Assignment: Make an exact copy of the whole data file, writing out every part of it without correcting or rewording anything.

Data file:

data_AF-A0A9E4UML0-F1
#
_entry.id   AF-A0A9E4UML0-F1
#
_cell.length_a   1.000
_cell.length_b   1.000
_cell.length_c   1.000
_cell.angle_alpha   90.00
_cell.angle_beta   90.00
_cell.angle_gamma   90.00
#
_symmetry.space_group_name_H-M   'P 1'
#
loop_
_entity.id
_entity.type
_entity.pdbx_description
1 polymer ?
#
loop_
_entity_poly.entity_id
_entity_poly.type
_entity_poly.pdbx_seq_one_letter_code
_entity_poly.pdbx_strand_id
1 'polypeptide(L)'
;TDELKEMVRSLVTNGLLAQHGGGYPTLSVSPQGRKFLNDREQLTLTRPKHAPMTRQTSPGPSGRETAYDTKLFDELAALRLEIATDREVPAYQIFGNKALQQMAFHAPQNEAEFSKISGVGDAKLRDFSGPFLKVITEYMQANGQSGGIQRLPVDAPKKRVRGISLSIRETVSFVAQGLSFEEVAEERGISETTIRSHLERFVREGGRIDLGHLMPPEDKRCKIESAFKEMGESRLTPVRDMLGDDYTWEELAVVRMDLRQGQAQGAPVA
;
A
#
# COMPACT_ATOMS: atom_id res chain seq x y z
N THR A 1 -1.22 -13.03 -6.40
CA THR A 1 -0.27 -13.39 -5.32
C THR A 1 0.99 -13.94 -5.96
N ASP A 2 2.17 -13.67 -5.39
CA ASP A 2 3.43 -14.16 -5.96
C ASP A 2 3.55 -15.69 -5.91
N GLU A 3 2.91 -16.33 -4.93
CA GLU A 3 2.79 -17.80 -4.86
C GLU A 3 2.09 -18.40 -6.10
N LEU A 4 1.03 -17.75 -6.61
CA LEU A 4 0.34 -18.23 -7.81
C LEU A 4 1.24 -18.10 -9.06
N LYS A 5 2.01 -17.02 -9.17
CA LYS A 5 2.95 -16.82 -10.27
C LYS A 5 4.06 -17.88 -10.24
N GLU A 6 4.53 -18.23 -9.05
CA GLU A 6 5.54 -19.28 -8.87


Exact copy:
data_AF-A0A9E4UML0-F1
#
_entry.id   AF-A0A9E4UML0-F1
#
_cell.length_a   1.000
_cell.length_b   1.000
_cell.length_c   1.000
_cell.angle_alpha   90.00
_cell.angle_beta   90.00
_cell.angle_gamma   90.00
#
_symmetry.space_group_name_H-M   'P 1'
#
loop_
_entity.id
_entity.type
_entity.pdbx_description
1 polymer ?
#
loop_
_entity_poly.entity_id
_entity_poly.type
_entity_poly.pdbx_seq_one_letter_code
_entity_poly.pdbx_strand_id
1 'polypeptide(L)'
;TDELKEMVRSLVTNGLLAQHGGGYPTLSVSPQGRKFLNDREQLTLTRPKHAPMTRQTSPGPSGRETAYDTKLFDELAALRLEIATDREVPAYQIFGNKALQQMAFHAPQNEAEFSKISGVGDAKLRDFSGPFLKVITEYMQANGQSGGIQRLPVDAPKKRVRGISLSIRETVSFVAQGLSFEEVAEERGISETTIRSHLERFVREGGRIDLGHLMPPEDKRCKIESAFKEMGESRLTPVRDMLGDDYTWEELAVVRMDLRQGQAQGAPVA
;
A
#
# COMPACT_ATOMS: atom_id res chain seq x y z
N THR A 1 -1.22 -13.03 -6.40
CA THR A 1 -0.27 -13.39 -5.32
C THR A 1 0.99 -13.94 -5.96
N ASP A 2 2.17 -13.67 -5.39
CA ASP A 2 3.43 -14.16 -5.96
C ASP A 2 3.55 -15.69 -5.91
N GLU A 3 2.91 -16.33 -4.93
CA GLU A 3 2.79 -17.80 -4.86
C GLU A 3 2.09 -18.40 -6.10
N LEU A 4 1.03 -17.75 -6.61
CA LEU A 4 0.34 -18.23 -7.81
C LEU A 4 1.24 -18.10 -9.06
N LYS A 5 2.01 -17.02 -9.17
CA LYS A 5 2.95 -16.82 -10.27
C LYS A 5 4.06 -17.88 -10.24
N GLU A 6 4.53 -18.23 -9.05
CA GLU A 6 5.54 -19.28 -8.87